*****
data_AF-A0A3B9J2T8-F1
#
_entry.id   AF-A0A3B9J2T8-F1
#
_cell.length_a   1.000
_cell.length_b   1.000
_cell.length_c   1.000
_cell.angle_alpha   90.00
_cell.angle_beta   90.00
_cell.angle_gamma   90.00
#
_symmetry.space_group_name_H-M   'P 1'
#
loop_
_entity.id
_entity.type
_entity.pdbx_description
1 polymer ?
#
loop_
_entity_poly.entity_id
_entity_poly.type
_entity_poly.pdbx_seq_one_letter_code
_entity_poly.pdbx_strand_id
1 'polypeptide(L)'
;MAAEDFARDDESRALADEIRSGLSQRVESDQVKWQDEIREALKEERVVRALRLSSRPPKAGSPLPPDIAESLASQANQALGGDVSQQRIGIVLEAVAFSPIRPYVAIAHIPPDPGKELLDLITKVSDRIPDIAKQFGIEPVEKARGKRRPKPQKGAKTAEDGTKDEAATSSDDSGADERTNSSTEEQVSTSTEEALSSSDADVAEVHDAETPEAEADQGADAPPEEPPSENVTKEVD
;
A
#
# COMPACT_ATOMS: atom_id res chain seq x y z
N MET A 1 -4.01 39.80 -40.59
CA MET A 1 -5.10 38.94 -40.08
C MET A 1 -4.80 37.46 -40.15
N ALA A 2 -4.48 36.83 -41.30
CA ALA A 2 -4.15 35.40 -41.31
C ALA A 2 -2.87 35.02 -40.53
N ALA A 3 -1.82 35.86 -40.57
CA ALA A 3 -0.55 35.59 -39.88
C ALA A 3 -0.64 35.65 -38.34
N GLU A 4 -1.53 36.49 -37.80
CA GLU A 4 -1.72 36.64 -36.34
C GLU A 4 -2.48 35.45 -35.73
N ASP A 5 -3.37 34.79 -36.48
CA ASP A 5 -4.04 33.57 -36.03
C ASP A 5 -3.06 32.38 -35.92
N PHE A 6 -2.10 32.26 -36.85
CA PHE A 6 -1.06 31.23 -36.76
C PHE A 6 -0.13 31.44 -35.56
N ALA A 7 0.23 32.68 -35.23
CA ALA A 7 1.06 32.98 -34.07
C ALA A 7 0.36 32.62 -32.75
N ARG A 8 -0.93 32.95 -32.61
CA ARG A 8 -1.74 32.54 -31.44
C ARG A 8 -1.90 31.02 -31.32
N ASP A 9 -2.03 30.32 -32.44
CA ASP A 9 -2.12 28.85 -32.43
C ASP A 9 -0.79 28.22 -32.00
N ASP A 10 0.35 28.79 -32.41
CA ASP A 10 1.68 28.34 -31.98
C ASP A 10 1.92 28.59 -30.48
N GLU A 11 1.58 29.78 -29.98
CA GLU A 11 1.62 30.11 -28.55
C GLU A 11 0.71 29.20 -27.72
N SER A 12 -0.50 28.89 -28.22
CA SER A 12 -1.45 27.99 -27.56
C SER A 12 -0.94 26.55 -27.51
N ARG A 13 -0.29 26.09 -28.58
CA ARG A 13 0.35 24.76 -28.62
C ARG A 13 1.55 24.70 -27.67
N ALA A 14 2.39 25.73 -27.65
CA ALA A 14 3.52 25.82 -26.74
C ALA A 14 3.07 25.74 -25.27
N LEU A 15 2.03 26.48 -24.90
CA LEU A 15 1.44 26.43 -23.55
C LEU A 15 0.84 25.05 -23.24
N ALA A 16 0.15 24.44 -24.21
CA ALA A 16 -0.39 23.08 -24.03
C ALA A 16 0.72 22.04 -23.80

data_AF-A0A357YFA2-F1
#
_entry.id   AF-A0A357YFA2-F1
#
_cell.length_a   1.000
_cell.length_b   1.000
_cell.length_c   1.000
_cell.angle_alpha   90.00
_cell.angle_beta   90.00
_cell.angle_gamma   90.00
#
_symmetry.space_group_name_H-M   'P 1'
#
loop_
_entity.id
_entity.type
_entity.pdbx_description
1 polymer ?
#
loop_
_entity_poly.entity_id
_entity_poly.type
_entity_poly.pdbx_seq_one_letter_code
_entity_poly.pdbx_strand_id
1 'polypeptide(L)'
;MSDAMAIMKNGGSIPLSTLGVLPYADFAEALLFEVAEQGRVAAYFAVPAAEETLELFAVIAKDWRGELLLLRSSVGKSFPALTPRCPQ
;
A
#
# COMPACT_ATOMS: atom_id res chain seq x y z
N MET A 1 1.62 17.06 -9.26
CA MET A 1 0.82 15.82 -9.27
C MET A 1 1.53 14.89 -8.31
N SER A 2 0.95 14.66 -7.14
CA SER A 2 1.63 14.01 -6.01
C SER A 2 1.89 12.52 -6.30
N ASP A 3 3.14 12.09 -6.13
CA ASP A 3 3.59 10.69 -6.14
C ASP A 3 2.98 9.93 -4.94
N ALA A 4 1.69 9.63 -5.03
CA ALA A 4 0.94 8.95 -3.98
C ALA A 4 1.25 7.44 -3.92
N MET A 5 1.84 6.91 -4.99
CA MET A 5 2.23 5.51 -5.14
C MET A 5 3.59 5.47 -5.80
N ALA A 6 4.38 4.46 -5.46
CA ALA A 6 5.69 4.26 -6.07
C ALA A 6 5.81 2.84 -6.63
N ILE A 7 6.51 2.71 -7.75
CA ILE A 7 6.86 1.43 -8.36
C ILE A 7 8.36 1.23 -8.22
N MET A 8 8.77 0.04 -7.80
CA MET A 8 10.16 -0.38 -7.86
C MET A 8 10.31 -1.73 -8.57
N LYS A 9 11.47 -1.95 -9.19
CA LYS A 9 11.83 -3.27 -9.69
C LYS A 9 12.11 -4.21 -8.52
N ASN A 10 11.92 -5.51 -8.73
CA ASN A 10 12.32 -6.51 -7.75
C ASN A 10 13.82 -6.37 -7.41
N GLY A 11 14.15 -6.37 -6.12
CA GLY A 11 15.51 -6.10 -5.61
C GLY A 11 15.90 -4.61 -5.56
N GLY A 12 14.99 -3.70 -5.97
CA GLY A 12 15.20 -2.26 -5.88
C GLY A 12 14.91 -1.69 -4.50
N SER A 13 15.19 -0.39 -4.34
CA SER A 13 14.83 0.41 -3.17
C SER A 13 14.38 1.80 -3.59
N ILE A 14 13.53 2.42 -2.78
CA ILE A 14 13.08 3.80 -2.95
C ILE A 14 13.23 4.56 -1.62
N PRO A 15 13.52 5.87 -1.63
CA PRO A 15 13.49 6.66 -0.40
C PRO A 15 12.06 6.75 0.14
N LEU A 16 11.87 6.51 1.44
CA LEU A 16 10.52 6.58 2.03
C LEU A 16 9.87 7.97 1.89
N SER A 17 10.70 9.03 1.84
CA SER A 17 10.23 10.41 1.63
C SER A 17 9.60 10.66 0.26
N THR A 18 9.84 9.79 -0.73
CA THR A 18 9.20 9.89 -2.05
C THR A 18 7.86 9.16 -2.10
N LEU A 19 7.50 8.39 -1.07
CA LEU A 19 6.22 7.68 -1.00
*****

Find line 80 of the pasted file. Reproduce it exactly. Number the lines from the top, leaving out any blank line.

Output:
#